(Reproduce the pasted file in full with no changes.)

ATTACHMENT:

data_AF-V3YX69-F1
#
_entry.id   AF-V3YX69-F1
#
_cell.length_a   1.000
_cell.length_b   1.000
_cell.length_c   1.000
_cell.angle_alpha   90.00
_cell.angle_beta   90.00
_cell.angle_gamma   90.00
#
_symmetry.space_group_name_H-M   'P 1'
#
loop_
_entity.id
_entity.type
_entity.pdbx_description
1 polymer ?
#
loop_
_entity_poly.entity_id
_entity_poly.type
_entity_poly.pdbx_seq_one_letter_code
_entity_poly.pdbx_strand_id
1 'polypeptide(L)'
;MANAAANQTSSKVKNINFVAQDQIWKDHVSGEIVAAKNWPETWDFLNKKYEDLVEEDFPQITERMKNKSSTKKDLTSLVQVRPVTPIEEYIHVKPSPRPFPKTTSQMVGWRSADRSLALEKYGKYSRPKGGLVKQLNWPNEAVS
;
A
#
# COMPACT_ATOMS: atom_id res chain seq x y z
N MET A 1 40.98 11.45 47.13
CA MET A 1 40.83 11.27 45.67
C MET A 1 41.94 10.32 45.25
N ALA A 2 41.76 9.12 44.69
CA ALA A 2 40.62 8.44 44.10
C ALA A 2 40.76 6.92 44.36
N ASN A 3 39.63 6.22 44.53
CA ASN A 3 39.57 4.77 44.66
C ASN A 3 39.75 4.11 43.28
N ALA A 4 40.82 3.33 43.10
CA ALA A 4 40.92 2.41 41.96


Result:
data_AF-V3YX69-F1
#
_entry.id   AF-V3YX69-F1
#
_cell.length_a   1.000
_cell.length_b   1.000
_cell.length_c   1.000
_cell.angle_alpha   90.00
_cell.angle_beta   90.00
_cell.angle_gamma   90.00
#
_symmetry.space_group_name_H-M   'P 1'
#
loop_
_entity.id
_entity.type
_entity.pdbx_description
1 polymer ?
#
loop_
_entity_poly.entity_id
_entity_poly.type
_entity_poly.pdbx_seq_one_letter_code
_entity_poly.pdbx_strand_id
1 'polypeptide(L)'
;MANAAANQTSSKVKNINFVAQDQIWKDHVSGEIVAAKNWPETWDFLNKKYEDLVEEDFPQITERMKNKSSTKKDLTSLVQVRPVTPIEEYIHVKPSPRPFPKTTSQMVGWRSADRSLALEKYGKYSRPKGGLVKQLNWPNEAVS
;
A
#
# COMPACT_ATOMS: atom_id res chain seq x y z
N MET A 1 40.98 11.45 47.13
CA MET A 1 40.83 11.27 45.67
C MET A 1 41.94 10.32 45.25
N ALA A 2 41.76 9.12 44.69
CA ALA A 2 40.62 8.44 44.10
C ALA A 2 40.76 6.92 44.36
N ASN A 3 39.63 6.22 44.53
CA ASN A 3 39.57 4.77 44.66
C ASN A 3 39.75 4.11 43.28
N ALA A 4 40.82 3.33 43.10
CA ALA A 4 40.92 2.41 41.96